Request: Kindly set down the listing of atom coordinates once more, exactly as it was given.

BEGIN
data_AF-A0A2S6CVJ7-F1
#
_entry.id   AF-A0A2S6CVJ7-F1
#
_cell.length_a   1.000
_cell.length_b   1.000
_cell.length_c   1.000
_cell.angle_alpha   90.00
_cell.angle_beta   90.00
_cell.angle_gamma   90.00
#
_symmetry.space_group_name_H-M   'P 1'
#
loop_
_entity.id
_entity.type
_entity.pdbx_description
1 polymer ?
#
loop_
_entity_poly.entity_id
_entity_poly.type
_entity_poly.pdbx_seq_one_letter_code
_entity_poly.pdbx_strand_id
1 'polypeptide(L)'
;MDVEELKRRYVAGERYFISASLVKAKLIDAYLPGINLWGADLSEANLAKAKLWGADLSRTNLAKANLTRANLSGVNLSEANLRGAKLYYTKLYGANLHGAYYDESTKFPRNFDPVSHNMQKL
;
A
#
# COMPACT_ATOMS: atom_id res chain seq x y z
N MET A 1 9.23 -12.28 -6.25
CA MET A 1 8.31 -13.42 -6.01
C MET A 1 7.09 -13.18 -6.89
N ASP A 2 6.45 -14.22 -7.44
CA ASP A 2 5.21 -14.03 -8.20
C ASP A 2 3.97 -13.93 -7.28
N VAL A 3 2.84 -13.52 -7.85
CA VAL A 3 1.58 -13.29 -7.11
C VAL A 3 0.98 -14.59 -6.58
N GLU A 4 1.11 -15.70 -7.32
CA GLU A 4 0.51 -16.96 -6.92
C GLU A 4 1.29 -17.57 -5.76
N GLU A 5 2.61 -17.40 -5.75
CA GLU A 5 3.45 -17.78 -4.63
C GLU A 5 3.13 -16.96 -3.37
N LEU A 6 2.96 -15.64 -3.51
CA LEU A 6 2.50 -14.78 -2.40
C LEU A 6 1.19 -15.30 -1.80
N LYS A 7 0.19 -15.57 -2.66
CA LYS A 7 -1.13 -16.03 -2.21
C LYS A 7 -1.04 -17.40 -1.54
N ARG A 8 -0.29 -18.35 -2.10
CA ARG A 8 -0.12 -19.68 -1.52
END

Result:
data_AF-A0A2S6CVJ7-F1
#
_entry.id   AF-A0A2S6CVJ7-F1
#
_cell.length_a   1.000
_cell.length_b   1.000
_cell.length_c   1.000
_cell.angle_alpha   90.00
_cell.angle_beta   90.00
_cell.angle_gamma   90.00
#
_symmetry.space_group_name_H-M   'P 1'
#
loop_
_entity.id
_entity.type
_entity.pdbx_description
1 polymer ?
#
loop_
_entity_poly.entity_id
_entity_poly.type
_entity_poly.pdbx_seq_one_letter_code
_entity_poly.pdbx_strand_id
1 'polypeptide(L)'
;MDVEELKRRYVAGERYFISASLVKAKLIDAYLPGINLWGADLSEANLAKAKLWGADLSRTNLAKANLTRANLSGVNLSEANLRGAKLYYTKLYGANLHGAYYDESTKFPRNFDPVSHNMQKL
;
A
#
# COMPACT_ATOMS: atom_id res chain seq x y z
N MET A 1 9.23 -12.28 -6.25
CA MET A 1 8.31 -13.42 -6.01
C MET A 1 7.09 -13.18 -6.89
N ASP A 2 6.45 -14.22 -7.44
CA ASP A 2 5.21 -14.03 -8.20
C ASP A 2 3.97 -13.93 -7.28
N VAL A 3 2.84 -13.52 -7.85
CA VAL A 3 1.58 -13.29 -7.11
C VAL A 3 0.98 -14.59 -6.58
N GLU A 4 1.11 -15.70 -7.32
CA GLU A 4 0.51 -16.96 -6.92
C GLU A 4 1.29 -17.57 -5.76
N GLU A 5 2.61 -17.40 -5.75
CA GLU A 5 3.45 -17.78 -4.63
C GLU A 5 3.13 -16.96 -3.37
N LEU A 6 2.96 -15.64 -3.51
CA LEU A 6 2.50 -14.78 -2.40
C LEU A 6 1.19 -15.30 -1.80
N LYS A 7 0.19 -15.57 -2.66
CA LYS A 7 -1.13 -16.03 -2.21
C LYS A 7 -1.04 -17.40 -1.54
N ARG A 8 -0.29 -18.35 -2.10
CA ARG A 8 -0.12 -19.68 -1.52